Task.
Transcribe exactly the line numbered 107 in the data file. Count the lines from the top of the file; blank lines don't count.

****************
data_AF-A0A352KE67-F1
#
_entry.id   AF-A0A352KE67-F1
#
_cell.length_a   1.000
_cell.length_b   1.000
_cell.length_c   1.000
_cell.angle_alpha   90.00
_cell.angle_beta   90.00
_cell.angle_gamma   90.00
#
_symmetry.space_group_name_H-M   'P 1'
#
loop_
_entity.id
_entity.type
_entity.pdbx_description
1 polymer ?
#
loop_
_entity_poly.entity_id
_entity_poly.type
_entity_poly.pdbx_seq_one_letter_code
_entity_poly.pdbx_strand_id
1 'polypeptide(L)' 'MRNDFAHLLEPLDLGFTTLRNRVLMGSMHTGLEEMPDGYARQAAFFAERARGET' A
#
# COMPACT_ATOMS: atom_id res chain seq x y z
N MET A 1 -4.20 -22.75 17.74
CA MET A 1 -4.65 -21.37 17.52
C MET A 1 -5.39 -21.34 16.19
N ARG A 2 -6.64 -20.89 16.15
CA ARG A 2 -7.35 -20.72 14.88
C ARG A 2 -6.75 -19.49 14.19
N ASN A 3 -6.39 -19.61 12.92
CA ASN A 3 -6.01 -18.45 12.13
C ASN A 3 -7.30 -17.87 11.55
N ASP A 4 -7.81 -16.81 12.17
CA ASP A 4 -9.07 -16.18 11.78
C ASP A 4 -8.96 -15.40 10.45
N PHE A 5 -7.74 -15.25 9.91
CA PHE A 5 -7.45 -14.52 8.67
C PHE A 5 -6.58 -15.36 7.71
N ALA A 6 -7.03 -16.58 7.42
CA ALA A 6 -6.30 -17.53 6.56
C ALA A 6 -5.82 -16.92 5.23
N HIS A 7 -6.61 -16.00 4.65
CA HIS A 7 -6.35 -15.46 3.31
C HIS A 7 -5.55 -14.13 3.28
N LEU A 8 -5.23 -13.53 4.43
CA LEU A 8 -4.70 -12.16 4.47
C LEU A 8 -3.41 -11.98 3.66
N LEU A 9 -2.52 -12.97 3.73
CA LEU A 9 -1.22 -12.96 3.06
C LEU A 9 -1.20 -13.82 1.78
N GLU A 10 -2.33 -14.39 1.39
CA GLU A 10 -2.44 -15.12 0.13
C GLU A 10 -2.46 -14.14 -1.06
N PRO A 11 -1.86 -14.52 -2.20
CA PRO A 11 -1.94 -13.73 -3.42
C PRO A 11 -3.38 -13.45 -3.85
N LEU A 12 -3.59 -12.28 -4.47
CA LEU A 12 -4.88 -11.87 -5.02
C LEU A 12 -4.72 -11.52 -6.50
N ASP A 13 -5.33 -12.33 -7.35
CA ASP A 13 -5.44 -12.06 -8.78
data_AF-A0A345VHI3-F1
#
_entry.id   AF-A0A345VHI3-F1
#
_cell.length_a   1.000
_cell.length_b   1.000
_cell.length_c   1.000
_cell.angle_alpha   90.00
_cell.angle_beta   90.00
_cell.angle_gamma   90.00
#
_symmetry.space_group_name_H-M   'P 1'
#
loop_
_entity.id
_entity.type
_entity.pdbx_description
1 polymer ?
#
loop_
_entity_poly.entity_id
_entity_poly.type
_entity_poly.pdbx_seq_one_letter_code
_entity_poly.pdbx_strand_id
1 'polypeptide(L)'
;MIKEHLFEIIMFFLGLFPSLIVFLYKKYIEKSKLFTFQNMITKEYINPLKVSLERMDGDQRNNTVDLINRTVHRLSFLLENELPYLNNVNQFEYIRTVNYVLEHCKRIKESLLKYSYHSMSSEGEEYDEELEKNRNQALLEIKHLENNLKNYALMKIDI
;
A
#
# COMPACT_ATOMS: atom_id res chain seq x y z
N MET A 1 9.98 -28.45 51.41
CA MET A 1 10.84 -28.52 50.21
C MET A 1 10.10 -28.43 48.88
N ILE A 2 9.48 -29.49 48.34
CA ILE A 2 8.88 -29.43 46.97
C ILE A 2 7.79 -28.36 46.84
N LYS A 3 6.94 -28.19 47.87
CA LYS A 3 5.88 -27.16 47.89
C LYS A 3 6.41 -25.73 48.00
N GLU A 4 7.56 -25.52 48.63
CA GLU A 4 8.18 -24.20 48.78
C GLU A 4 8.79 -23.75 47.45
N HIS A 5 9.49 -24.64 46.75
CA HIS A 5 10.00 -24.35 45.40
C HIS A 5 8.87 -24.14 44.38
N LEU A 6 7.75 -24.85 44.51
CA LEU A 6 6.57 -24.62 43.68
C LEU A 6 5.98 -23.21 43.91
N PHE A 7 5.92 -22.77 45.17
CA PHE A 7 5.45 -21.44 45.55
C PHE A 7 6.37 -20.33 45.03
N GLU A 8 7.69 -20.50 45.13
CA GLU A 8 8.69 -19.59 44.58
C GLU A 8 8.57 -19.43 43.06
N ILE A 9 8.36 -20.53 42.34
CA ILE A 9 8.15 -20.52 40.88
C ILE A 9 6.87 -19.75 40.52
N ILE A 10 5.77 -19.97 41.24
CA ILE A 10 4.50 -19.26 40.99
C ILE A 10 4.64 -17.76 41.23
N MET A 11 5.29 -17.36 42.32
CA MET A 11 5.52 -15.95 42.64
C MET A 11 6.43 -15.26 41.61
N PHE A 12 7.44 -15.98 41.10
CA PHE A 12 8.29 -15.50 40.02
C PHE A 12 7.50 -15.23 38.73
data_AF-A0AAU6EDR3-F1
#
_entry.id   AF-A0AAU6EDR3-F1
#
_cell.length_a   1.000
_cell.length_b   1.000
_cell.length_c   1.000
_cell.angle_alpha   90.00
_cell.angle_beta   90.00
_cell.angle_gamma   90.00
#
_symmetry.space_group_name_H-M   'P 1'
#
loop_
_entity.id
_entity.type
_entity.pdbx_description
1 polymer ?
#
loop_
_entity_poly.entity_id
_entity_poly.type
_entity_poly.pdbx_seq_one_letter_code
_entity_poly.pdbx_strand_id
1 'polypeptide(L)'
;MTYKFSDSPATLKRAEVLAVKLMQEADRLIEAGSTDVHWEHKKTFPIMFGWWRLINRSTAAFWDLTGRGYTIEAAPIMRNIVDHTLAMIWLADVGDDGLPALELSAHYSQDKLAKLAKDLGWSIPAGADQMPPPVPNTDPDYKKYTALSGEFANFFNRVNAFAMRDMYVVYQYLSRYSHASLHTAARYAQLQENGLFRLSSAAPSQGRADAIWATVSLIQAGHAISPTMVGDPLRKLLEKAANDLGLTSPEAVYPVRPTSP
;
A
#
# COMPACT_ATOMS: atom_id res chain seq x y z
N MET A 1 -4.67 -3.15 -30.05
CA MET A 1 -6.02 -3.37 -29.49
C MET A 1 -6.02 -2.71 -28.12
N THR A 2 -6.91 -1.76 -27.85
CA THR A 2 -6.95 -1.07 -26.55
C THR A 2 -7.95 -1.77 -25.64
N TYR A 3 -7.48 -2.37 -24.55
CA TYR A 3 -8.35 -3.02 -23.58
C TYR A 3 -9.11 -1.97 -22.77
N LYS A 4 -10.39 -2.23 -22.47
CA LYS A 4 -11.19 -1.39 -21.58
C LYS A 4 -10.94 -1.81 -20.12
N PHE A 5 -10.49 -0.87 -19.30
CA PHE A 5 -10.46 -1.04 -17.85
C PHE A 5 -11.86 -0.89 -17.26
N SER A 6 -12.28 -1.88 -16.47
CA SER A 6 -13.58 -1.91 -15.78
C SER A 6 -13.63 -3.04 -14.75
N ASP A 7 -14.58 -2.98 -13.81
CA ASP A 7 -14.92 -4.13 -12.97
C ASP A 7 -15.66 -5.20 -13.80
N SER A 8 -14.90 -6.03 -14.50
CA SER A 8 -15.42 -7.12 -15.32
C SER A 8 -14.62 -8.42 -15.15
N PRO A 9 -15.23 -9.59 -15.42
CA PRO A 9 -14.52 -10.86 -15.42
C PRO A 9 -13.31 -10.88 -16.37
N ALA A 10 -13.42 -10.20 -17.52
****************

C GLU A 4 8.79 -23.75 47.45